Google’s Confusing New Location Data Settings

Google announced yesterday that it would soon begin storing users’ Maps Timeline — which uses the optional Location History toggle to produce a record of places one has visited — locally on users’ devices. It sounds like a privacy enhancement at first, but Ron Amadeo of Ars Technica read the announcement more carefully and finds this description is misleading, and the way controls are presented to users is overly complicated. (Update: Amadeo’s interpretation of this change, according to an update from Google PR in the article, was not correct. Part of the reason seems to be that Google is in the middle of rebranding Location History to Timeline. This is all still confusing to me, but in a new and different way.)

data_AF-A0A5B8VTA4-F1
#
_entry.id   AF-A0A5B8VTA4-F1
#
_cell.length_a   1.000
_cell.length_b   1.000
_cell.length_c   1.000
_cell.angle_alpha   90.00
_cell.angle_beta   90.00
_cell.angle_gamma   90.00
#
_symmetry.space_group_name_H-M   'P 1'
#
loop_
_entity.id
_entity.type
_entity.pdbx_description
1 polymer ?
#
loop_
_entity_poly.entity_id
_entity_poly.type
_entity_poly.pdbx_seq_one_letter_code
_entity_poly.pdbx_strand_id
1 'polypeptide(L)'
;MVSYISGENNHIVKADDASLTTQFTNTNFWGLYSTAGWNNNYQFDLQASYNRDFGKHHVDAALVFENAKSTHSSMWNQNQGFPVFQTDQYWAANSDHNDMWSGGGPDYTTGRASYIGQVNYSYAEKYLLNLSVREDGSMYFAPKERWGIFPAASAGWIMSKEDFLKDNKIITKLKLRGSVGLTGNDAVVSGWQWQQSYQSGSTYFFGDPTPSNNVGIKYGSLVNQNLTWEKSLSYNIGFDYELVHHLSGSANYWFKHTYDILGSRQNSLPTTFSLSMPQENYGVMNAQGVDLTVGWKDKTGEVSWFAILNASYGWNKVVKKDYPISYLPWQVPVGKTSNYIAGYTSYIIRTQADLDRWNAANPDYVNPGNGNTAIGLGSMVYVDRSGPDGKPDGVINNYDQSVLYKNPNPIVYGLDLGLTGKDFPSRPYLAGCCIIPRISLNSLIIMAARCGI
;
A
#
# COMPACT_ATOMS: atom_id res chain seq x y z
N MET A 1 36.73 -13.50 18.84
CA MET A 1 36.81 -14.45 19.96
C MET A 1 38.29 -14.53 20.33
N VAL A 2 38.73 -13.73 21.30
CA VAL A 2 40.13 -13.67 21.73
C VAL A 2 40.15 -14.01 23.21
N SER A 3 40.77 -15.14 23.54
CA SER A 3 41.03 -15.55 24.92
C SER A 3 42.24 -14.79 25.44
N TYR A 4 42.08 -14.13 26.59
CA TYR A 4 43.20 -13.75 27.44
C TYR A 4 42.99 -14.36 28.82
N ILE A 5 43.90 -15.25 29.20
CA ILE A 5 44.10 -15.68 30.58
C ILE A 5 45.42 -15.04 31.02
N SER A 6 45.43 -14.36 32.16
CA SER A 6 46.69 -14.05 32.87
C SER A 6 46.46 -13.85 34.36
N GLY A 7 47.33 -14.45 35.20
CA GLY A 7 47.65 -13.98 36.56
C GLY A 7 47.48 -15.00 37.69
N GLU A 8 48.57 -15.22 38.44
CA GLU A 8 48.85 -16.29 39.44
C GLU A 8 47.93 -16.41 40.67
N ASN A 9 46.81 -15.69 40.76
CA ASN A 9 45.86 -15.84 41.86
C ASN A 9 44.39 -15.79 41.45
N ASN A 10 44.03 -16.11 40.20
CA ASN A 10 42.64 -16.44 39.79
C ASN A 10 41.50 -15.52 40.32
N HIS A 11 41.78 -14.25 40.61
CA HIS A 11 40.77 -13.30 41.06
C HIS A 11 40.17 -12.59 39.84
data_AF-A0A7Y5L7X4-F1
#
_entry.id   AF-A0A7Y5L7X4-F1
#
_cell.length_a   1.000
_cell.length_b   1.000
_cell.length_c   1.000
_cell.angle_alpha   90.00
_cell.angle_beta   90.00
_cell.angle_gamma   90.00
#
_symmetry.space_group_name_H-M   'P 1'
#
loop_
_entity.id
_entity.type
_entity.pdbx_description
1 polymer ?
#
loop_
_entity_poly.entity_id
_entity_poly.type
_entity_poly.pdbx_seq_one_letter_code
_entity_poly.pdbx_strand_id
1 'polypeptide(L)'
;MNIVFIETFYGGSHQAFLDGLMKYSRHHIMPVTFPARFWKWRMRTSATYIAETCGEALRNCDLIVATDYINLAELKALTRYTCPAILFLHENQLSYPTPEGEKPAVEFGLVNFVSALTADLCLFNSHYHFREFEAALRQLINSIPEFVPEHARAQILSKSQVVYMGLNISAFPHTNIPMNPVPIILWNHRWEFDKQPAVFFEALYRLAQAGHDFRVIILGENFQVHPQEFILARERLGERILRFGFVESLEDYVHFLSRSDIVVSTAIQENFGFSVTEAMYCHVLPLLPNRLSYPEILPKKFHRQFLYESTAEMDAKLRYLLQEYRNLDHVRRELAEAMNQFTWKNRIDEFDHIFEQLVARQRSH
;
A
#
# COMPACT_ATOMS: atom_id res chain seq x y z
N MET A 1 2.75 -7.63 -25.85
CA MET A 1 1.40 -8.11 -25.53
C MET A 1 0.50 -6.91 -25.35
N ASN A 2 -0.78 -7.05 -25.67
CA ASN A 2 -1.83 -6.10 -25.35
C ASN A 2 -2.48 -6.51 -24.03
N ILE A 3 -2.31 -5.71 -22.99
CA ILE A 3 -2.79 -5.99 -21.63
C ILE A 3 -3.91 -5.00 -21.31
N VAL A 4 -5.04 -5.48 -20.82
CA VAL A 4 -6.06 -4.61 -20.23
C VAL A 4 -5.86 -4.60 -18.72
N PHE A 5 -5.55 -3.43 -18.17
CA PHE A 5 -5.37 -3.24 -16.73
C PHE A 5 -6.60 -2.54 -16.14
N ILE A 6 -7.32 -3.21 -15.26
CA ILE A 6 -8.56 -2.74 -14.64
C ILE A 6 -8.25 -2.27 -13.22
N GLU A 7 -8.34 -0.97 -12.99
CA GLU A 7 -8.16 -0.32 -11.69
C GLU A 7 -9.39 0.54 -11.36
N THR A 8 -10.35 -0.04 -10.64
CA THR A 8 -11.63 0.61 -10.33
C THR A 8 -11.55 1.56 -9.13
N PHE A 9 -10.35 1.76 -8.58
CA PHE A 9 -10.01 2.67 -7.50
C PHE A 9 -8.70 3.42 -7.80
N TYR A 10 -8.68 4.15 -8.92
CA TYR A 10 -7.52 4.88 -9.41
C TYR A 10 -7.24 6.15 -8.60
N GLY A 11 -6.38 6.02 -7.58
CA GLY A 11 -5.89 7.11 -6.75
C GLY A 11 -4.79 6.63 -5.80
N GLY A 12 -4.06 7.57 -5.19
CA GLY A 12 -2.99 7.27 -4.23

The part of me which avoids cynicism wants to believe Google is doing its best and any confusion is purely accidental. That is hard to believe, though, given how often Google has run into legal trouble over location data and, consequently, how many in-house lawyers must have reviewed this update. This kind of granular adjustment is often worse for users than grouped preferences — consider how often users are forced to individually deselect checkboxes on cookie consent forms, for example. Without strong prophylactic privacy laws, corporations like Google will continue to dazzle people into believing they have meaningful control over their privacy.